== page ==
For the purposes of this chapter and chapter 40-1, an animal control officer is any person employed, contracted, or appointed pursuant to § 40-2-7 by an animal care and control agency or humane society to aid in the enforcement of ordinances or laws regulating the care and control of animals.

CREDIT(S)

Source: SL 2006, ch 211, § 5.

 

Title 43. Property. Chapter 43-39. Deposit of Personal Property.

43-39-12. Depository of living animals--Food and shelter--Kind treatment

A depository of living animals must provide them with suitable food and shelter and treat them kindly.

Source: CivC 1877, § 1046; CL 1887, § 3670; RCivC 1903, § 1365; RC 1919, § 982; SDC 1939, § 60.0102 (8).


 

43-39-12.1. Abandonment of animal left with veterinarian--Notice to owner-- Disposition--Liability

Any animal placed in the custody of a licensed veterinarian for treatment, boarding, or other care, which remains unclaimed by its owner or owner's agent for a period of more than ten days after written notice by registered or certified mail, return receipt requested, is given the owner or owner's agent at such person's last known address shall be considered to be abandoned and may be turned over to the nearest humane society or disposed of as the licensed veterinarian considers proper. The giving of notice to the owner or the owner's agent, of such animal by the licensed veterinarian as provided in this section shall relieve the licensed veterinarian in whose custody such animal has been placed from any liability for such disposal.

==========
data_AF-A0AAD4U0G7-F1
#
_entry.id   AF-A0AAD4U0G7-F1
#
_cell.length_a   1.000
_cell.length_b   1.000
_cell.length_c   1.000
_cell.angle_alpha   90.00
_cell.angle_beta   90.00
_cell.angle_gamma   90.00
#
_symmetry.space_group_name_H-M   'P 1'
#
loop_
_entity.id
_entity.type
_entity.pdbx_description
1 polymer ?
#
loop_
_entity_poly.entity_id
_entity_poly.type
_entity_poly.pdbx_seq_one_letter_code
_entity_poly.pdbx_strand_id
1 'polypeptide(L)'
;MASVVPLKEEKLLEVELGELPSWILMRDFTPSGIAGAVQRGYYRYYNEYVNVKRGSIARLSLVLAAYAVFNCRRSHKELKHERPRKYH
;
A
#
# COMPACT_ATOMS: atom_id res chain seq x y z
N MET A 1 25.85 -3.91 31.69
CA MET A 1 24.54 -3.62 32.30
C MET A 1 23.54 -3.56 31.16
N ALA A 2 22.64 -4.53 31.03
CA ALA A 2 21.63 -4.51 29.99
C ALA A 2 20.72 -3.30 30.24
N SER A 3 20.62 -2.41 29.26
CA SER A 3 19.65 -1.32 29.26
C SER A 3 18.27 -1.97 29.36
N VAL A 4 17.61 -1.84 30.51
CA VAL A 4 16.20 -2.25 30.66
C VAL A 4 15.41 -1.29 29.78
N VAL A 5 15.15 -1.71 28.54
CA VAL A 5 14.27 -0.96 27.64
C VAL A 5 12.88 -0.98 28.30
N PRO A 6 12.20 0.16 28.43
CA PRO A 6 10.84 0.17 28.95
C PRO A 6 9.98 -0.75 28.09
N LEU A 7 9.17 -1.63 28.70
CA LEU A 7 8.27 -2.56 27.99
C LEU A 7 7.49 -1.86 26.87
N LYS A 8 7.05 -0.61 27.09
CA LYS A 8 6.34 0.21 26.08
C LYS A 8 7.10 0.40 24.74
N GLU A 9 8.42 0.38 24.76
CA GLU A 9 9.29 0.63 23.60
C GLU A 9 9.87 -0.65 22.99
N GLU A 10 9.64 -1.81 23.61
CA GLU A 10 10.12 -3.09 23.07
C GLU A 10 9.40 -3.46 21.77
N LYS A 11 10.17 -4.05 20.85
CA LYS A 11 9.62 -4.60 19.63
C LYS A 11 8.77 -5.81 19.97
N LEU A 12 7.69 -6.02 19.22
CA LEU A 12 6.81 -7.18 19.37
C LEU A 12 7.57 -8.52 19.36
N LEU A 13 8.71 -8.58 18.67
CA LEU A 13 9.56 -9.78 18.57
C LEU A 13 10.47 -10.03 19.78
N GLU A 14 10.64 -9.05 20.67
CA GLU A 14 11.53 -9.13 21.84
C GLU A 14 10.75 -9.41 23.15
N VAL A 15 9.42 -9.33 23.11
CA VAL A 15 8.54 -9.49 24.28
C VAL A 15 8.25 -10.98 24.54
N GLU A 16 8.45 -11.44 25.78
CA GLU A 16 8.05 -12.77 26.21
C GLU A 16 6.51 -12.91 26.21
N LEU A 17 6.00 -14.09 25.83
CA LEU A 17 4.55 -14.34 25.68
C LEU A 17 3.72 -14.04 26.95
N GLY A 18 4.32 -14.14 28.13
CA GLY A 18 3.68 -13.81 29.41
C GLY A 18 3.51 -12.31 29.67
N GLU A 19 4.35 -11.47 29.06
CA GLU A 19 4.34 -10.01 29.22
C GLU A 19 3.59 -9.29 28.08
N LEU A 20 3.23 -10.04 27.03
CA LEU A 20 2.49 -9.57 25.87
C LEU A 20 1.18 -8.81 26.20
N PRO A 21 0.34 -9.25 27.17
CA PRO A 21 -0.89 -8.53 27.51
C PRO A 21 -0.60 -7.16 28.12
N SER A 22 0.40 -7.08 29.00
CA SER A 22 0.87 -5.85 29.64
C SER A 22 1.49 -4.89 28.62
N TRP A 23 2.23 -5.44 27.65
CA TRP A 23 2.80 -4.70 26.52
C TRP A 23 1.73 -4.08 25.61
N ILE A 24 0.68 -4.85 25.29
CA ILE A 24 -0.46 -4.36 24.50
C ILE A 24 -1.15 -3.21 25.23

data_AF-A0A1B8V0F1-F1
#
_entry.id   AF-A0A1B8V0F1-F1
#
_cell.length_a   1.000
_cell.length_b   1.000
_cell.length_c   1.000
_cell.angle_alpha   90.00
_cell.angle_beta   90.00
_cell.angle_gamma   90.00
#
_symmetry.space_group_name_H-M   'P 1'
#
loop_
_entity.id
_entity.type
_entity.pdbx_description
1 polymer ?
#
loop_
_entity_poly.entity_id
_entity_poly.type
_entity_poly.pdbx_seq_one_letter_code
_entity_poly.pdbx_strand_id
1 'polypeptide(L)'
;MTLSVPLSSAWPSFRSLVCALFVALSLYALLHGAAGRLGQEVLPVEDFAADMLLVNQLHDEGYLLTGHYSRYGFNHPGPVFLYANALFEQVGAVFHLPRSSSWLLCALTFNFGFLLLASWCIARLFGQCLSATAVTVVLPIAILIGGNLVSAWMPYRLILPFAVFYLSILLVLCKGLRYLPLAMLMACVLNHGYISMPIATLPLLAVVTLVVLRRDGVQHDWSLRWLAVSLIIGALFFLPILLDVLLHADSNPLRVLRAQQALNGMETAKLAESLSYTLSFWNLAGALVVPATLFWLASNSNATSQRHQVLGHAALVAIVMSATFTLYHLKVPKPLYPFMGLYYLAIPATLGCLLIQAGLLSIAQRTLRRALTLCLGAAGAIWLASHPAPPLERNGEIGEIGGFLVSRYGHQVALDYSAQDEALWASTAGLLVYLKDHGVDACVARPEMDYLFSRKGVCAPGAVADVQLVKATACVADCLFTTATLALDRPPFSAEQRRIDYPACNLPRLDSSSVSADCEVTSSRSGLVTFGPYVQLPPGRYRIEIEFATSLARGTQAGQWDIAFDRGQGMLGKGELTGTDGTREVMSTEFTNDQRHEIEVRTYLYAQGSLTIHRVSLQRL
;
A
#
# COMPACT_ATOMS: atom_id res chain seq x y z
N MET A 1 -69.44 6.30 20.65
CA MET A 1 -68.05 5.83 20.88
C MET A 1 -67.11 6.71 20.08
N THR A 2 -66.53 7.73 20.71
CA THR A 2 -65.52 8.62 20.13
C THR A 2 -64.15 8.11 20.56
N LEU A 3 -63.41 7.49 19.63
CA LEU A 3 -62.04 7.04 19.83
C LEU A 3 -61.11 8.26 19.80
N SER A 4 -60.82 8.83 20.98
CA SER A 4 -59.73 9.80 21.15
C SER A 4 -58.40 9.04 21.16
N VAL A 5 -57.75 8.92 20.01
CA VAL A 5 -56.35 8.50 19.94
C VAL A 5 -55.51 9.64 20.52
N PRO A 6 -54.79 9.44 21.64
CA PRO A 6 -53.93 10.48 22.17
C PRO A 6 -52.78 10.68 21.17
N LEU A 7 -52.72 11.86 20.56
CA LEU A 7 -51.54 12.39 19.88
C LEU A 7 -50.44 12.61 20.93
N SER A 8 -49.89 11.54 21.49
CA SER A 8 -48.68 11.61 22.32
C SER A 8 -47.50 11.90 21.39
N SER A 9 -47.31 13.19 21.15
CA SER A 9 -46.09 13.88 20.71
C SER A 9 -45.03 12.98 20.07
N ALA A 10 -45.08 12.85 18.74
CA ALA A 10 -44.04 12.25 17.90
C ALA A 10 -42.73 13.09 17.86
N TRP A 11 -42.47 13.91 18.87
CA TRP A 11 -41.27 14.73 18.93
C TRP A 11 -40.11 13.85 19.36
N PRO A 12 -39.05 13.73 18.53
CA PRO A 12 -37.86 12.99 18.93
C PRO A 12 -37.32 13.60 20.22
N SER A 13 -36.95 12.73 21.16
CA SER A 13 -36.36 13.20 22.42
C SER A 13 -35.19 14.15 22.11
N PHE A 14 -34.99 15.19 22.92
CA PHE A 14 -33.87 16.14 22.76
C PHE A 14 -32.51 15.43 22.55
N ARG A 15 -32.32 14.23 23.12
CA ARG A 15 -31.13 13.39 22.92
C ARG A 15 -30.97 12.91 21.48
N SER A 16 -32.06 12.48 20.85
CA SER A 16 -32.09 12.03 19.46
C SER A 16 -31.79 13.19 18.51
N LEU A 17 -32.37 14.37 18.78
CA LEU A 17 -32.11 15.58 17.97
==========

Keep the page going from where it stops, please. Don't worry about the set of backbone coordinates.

Source: SL 1986, ch 313, § 7.


 

Title 22. Crimes. Chapter 22-22. Sex Offenses.

22-22-42. Bestiality--Acts constituting--Commission a felony

No person, for the purpose of that person's sexual gratification, may:

(1) Engage in a sexual act with an animal; or

(2) Coerce any other person to engage in a sexual act with an animal; or

(3) Use any part of the person's body or an object to sexually stimulate an animal; or

(4) Videotape a person engaging in a sexual act with an animal; or

(5) Kill or physically abuse an animal.

Any person who violates any provision of this section is guilty of the crime of bestiality. Bestiality is a Class 6 felony. However, if the person has been previously convicted of a sex crime pursuant to § 22-24B-1, any subsequent violation of this section is a Class 5 felony.

Source: SL 2003, ch 127, § 1; SL 2005, ch 120, § 406.